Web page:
US20040157238A1 - Method for detection of multiple nucleic acid sequence variations - Google Patents

Method for detection of multiple nucleic acid sequence variations Download PDF

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US20040157238A1
US20040157238A1 US10/666,744 US66674403A US2004157238A1 US 20040157238 A1 US20040157238 A1 US 20040157238A1 US 66674403 A US66674403 A US 66674403A US 2004157238 A1 US2004157238 A1 US 2004157238A1
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sequence
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John Quinn
Brian Warner
John Weare
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Bayer HealthCare LLC
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    • CCHEMISTRY; METALLURGY
    • C12BIOCHEMISTRY; BEER; SPIRITS; WINE; VINEGAR; MICROBIOLOGY; ENZYMOLOGY; MUTATION OR GENETIC ENGINEERING
    • C12QMEASURING OR TESTING PROCESSES INVOLVING ENZYMES, NUCLEIC ACIDS OR MICROORGANISMS; COMPOSITIONS OR TEST PAPERS THEREFOR; PROCESSES OF PREPARING SUCH COMPOSITIONS; CONDITION-RESPONSIVE CONTROL IN MICROBIOLOGICAL OR ENZYMOLOGICAL PROCESSES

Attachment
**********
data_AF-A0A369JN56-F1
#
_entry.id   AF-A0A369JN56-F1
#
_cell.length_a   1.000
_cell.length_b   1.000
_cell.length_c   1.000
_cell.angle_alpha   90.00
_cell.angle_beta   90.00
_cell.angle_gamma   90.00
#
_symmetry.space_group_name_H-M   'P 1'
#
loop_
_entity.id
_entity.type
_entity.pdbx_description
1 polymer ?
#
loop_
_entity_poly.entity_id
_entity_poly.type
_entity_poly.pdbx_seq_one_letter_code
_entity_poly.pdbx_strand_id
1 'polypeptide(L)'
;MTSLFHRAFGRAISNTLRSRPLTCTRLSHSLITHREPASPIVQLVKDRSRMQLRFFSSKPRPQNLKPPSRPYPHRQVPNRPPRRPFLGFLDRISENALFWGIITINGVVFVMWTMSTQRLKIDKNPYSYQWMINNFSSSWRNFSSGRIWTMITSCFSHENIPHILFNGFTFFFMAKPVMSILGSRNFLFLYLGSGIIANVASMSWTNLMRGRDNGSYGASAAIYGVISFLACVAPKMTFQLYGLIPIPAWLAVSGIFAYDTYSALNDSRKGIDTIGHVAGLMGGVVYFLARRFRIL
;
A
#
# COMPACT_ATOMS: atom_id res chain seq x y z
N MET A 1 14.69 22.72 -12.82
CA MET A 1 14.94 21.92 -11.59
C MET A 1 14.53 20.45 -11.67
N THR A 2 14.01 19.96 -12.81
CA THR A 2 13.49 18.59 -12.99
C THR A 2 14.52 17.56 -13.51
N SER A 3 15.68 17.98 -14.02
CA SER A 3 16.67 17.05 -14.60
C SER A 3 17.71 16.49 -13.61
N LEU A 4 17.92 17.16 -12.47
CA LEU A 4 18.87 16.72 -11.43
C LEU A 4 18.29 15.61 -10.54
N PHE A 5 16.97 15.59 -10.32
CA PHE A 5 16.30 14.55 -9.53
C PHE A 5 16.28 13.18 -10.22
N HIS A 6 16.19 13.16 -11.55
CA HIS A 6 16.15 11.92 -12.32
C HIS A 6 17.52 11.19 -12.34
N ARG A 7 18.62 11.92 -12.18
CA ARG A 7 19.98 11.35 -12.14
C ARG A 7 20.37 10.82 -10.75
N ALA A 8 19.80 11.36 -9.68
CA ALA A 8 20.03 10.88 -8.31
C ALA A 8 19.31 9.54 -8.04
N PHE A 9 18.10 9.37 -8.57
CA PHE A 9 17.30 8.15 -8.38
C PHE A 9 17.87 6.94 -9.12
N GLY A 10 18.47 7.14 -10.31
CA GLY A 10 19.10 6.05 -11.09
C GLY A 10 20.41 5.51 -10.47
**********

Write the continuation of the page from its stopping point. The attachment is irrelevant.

• C12Q1/00Measuring or testing processes involving enzymes, nucleic acids or microorganisms; Compositions therefor; Processes of preparing such compositions
    • C12Q1/68Measuring or testing processes involving enzymes, nucleic acids or microorganisms; Compositions therefor; Processes of preparing such compositions involving nucleic acids
    • C12Q1/6813Hybridisation assays
    • C12Q1/6827Hybridisation assays for detection of mutation or polymorphism

Abstract

A method for detecting the presence or absence of a genetic variation at a polymorphic site in a nucleic acid analyte in a sample is provided. The method comprises a series of steps used to form captured wild type complexes and captured variant complexes that are detected and counted. The method is carried out using first and second differential hybridization probes, first and second capture probes, and first and second solid substrates, each having a detectable signal. The invention also provides for kits for carrying out the assay.

Description

    TECHNICAL FIELD
  • This invention relates generally to a method for determining the sequence of a nucleic acid target at a polymorphic site. More specifically, the invention relates to a method of determining sequences using direct hybridization of the nucleic acid target. The invention has utility in the fields of diagnostic assays, multiplexing technology, and genetic analysis. [0001]
  • BACKGROUND